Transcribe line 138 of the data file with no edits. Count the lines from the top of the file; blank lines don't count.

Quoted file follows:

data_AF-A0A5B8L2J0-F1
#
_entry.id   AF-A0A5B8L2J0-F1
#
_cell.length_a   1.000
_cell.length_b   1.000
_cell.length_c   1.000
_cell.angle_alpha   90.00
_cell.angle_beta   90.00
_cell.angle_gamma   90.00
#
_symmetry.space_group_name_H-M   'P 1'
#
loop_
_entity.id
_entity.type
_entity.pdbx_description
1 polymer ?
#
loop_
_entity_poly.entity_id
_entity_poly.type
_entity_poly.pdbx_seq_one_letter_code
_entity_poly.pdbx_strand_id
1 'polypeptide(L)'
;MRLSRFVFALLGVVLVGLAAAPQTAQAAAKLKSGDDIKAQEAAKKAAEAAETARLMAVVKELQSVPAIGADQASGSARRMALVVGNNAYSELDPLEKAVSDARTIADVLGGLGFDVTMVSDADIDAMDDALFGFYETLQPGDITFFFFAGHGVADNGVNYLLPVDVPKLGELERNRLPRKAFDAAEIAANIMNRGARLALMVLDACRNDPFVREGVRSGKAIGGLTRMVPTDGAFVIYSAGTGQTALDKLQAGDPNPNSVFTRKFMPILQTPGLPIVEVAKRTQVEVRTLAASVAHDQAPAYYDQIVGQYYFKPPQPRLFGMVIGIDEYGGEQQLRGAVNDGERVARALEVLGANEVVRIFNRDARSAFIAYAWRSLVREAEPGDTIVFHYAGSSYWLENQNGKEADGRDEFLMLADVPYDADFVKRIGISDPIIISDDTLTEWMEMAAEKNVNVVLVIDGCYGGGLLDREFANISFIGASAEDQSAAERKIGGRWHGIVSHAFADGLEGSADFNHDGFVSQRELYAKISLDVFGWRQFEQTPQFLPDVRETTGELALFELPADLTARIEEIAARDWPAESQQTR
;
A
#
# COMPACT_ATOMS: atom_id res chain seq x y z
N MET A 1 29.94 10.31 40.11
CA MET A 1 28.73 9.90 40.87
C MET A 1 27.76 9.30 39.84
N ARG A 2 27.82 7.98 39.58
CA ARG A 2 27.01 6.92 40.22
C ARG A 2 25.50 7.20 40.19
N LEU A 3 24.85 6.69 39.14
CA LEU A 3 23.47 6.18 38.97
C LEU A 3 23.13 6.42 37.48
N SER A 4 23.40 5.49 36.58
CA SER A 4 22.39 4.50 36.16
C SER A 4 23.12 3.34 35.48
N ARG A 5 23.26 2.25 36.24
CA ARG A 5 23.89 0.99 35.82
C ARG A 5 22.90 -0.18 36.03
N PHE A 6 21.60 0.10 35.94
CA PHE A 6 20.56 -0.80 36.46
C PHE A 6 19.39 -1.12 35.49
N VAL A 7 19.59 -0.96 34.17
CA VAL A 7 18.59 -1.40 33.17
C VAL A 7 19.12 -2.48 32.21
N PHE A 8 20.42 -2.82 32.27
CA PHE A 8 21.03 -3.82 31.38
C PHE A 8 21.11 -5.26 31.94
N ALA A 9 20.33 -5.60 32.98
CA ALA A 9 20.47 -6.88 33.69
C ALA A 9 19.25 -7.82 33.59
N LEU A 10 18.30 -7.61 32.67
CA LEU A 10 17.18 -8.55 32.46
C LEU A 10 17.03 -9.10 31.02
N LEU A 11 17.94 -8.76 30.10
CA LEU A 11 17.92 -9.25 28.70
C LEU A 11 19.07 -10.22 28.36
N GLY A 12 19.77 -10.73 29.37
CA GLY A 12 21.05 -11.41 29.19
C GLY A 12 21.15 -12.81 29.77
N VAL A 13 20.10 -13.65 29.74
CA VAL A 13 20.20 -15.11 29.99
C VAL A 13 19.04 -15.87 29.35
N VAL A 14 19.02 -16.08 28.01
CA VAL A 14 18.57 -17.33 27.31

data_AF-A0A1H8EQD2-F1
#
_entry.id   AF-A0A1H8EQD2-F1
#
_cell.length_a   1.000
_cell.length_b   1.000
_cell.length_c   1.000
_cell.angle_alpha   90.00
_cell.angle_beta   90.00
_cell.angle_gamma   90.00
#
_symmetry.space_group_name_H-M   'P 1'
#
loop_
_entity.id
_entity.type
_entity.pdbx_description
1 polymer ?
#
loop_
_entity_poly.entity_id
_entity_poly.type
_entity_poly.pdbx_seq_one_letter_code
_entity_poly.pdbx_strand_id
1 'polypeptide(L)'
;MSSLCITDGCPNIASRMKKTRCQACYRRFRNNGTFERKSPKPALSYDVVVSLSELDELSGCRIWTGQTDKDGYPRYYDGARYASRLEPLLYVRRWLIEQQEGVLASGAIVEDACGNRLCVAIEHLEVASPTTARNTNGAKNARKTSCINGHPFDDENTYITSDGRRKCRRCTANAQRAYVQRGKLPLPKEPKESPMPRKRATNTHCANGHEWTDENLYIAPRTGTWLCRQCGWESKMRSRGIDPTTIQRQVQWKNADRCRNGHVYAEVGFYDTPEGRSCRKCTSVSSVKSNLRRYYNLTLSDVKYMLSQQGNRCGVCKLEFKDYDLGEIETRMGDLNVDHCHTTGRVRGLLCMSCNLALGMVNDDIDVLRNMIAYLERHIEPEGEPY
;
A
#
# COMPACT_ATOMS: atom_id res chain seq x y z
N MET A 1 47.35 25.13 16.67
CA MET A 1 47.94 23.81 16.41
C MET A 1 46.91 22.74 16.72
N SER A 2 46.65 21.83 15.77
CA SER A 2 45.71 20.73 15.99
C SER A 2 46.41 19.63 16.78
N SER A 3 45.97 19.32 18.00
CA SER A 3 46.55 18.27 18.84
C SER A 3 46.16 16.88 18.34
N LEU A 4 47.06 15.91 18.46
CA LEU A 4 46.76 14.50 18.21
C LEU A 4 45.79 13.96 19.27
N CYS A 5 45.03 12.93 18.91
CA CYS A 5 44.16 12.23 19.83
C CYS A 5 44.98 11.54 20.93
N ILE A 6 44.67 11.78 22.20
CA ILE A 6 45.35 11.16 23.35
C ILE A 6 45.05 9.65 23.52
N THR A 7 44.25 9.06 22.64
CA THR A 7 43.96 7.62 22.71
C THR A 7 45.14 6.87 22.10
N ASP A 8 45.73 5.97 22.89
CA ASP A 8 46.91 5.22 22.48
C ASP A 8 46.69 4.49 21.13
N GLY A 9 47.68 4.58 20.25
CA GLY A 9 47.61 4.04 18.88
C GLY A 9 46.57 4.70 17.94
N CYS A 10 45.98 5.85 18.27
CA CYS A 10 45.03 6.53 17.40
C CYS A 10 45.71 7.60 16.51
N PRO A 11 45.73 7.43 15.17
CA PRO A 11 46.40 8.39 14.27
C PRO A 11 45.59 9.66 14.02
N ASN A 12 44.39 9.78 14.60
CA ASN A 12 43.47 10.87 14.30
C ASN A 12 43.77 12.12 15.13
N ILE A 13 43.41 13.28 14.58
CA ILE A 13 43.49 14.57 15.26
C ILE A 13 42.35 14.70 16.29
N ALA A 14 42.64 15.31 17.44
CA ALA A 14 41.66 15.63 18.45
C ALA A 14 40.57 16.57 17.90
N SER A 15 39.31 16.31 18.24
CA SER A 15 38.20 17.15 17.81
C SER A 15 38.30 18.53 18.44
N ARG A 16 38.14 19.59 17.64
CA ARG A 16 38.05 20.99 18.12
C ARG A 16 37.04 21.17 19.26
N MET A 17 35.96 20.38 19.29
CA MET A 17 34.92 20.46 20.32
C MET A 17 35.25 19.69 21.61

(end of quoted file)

N ILE A 13 43.41 13.28 14.58